Book Reviews -- By: Anonymous
TrinJ 23:1 (Spring 02) p. 111
Vern S. Poythress and Wayne A. Grudem. The Gender-Neutral Bible Controversy: Muting the Masculinity of God’s Words. Nashville: Broadman & Holman, 2000. xxix + 377 pp. $19.99.
Since the 1980s, an increasing number of new Bible translations (or revisions of existing ones) have been published that, because of their characteristic approach to (grammatical) gender, are often called “gender-neutral” translations (other terms are “gender-generic,” “gender-inclusive,” “inclusive language,” or, more sympathetically, “gender-accurate”). The approach to gender characteristic of these versions essentially amounts to something like this: whenever the Hebrew, Aramaic, or Greek original uses a masculine expression to refer to one or more persons that are meant to be understood as being either male or female, gender-specific expressions are to be avoided in the English translation. In order to achieve this, various (lexical and grammatical) strategies are employed: “humankind,” for instance, is generally preferred to “mankind,” “person” (when contextually appropriate) to “man,” “children” to “sons,” “brothers and sisters” to “brothers,” “they” or a semantically equivalent passive construction to gender-neutral “he,” etc. - a type of usage that has established itself widely outside the field of Bible translation, especially among writers and editors of academic prose who are particularly serious about avoiding gender bias (thought to be connected with the older usage). A point to be carefully noted is that in none of these (major) Bible translations has there been any changes in Scripture’s male-oriented references to God and Jesus.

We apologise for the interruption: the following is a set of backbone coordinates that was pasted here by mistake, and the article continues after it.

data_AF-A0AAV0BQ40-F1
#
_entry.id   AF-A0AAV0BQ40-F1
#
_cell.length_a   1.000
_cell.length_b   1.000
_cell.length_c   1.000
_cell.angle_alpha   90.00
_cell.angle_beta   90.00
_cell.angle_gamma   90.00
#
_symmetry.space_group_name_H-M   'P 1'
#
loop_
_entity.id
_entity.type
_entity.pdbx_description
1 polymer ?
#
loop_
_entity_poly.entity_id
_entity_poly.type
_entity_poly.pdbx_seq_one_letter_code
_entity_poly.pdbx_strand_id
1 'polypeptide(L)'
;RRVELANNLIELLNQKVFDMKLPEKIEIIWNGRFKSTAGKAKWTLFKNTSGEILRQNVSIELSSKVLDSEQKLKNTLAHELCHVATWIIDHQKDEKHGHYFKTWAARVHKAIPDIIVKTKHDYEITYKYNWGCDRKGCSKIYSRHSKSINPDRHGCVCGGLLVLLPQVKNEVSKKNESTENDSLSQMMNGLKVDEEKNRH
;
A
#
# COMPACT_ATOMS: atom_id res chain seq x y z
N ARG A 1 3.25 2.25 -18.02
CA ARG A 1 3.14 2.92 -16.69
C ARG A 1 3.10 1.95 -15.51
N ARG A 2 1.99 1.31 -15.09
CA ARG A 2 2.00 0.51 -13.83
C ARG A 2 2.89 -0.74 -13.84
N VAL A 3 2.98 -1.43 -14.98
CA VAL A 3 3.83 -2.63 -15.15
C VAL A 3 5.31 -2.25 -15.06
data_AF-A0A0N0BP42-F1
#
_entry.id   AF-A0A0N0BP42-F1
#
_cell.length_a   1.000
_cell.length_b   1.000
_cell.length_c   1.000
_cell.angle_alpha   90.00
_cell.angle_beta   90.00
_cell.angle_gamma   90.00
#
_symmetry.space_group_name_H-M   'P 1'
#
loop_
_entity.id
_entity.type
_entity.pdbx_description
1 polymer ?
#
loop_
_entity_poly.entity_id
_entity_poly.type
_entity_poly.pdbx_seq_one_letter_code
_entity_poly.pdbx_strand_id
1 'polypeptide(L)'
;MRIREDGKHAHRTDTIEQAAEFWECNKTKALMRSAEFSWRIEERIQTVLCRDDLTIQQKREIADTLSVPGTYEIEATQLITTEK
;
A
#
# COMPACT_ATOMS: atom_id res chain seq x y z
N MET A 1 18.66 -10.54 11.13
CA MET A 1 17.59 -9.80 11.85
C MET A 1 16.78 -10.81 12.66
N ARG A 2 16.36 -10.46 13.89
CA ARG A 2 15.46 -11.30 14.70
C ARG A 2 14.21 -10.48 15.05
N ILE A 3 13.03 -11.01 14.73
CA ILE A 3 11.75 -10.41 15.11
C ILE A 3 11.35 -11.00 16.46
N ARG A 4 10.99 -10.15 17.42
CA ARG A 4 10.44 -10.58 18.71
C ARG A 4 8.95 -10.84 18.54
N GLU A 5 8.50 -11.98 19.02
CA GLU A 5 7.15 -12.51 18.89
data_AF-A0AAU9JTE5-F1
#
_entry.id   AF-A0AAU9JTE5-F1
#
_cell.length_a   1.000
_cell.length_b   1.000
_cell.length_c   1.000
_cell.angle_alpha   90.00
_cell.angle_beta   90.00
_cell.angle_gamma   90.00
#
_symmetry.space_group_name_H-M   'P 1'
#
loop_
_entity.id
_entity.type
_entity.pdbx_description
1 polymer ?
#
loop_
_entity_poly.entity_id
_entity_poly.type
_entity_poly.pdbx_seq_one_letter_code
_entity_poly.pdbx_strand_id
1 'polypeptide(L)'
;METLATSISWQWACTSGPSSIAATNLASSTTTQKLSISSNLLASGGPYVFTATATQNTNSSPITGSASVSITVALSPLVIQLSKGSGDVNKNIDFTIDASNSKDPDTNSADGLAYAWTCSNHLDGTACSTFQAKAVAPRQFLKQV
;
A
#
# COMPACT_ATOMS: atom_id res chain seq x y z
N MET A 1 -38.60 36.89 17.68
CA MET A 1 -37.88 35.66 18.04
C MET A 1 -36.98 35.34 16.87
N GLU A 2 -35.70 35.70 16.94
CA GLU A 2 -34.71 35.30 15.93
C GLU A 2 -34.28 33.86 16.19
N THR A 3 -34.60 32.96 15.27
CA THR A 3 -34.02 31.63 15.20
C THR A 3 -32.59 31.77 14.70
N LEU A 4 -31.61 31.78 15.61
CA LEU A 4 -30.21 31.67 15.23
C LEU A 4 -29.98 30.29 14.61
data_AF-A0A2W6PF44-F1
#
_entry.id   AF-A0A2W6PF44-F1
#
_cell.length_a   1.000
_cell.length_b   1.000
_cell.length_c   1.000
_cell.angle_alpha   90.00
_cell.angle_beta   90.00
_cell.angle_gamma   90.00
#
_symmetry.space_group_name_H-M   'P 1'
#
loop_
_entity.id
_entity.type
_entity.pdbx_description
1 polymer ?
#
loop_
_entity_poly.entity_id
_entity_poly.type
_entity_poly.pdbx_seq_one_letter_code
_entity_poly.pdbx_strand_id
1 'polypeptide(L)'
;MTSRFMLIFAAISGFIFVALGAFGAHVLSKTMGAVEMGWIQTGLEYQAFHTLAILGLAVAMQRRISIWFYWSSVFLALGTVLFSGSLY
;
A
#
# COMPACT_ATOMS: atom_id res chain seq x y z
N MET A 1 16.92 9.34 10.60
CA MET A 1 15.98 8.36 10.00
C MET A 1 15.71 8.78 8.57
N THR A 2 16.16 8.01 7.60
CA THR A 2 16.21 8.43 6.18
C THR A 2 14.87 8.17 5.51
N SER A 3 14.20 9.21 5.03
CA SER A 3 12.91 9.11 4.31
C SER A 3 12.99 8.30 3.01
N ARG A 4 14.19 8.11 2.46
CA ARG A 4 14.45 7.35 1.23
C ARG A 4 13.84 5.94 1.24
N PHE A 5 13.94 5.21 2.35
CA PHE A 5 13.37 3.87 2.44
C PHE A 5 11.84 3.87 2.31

Whereas the earlier gender-neutral translations such as the New Century Version/International Children’s Bible (1986/1987), the New Revised Standard Version (1990), or the Contemporary English Version (1995) went largely unnoticed or received only minor criticism, the situation changed in 1997 when it became clear that the publication of a gender-inclusive revision of the New International Version, the most widely used Bible translation, was imminent (a corresponding anglicized edition already being available in Great Britain). Sparked off by the cover story of the March 29, 1997 issue of the weekly news magazine World (“The Stealth Bible: The Popular New International Version is Quietly Going ‘Gender-Neutral’”), a major controversy started among evangelical Christians in North America involving many of the most respected leaders. A number of personalities - among these the theologians J. I. Packer, W. A. Grudem, R. C. Sproul, and John Piper - challenged the gender-neutral approach (to be adopted in the revised NIV) as definitely problematic, m...
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